I started taking photos when I was about 6 years old. A family friend had given me a Kodak Brownie camera to thank me for being a flower girl in her wedding, in Abidjan, Côte d’Ivoire. I thought that camera was the Best Present Ever, and took pictures as often as our film, developing, and flashbulb budget would allow.
Skip forward to another big turning point: I travelled back to Côte d’Ivoire when I graduated from high school, three years after I’d permanently moved to the US. While there, my new-fangled point & shoot Olympus was always within reach, and for the first time I returned with some photos I was really proud of. Some of them were published in a college journal, a couple years later. This fueled my passion and my confidence; my skills were very rudimentary, but I suddenly had the feeling that I could actually do something with that.
Several years later, we were given an SLR (my first!) as a wedding gift, and I shot 19 rolls of film on our honeymoon in Italy. Some of those were chosen for publication in several art journals, again inspiring further pursuit of the passion. That camera took us to Paris and to Thailand, Puerto Rico and the Dominican Republic, and finally a big move across the country to California.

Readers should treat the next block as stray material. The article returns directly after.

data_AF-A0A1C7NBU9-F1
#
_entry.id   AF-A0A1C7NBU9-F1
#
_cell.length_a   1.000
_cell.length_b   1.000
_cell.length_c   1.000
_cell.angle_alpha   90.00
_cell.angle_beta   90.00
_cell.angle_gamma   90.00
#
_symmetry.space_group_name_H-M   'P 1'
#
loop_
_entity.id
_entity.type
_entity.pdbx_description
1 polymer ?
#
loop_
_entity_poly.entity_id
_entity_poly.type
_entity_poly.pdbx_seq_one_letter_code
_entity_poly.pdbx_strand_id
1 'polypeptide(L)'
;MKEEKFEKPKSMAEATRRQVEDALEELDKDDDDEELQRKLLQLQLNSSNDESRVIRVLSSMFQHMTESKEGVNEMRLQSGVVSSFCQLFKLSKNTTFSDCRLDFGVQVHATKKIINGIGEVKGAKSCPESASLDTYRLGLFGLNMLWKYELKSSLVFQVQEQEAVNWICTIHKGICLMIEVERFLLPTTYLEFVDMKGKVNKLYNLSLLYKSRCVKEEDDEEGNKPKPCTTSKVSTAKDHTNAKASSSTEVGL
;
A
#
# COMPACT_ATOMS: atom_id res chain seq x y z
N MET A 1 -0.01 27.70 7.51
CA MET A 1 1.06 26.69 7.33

When the digital imaging technology reached the point that I could afford a camera that would be able to capture images that I’d be just as happy with as film, I made the switch to my first DSLR, and haven’t looked back. I’m still using that same DSLR, which has travelled with me up and down the Pacific Coast of the US, to Death Valley, Yosemite, & Mono Lake, to Nevada, Idaho, and Hawaii, and to Italy again. My learning curve has jumped exponentially in recent years, and I plan to keep pushing that higher.
Much like my passion for photography, this blog is a journey, one that I hope you’ll join me for. I’ve always hated when my passport expires and I have to start using a new one, because I lose all those old entry/exit stamps in the passport. Having a record of the journey – whether it’s around the world or on my doorstep – in photographic form helps reclaim some of that well-travelled feeling.
Come travel with me?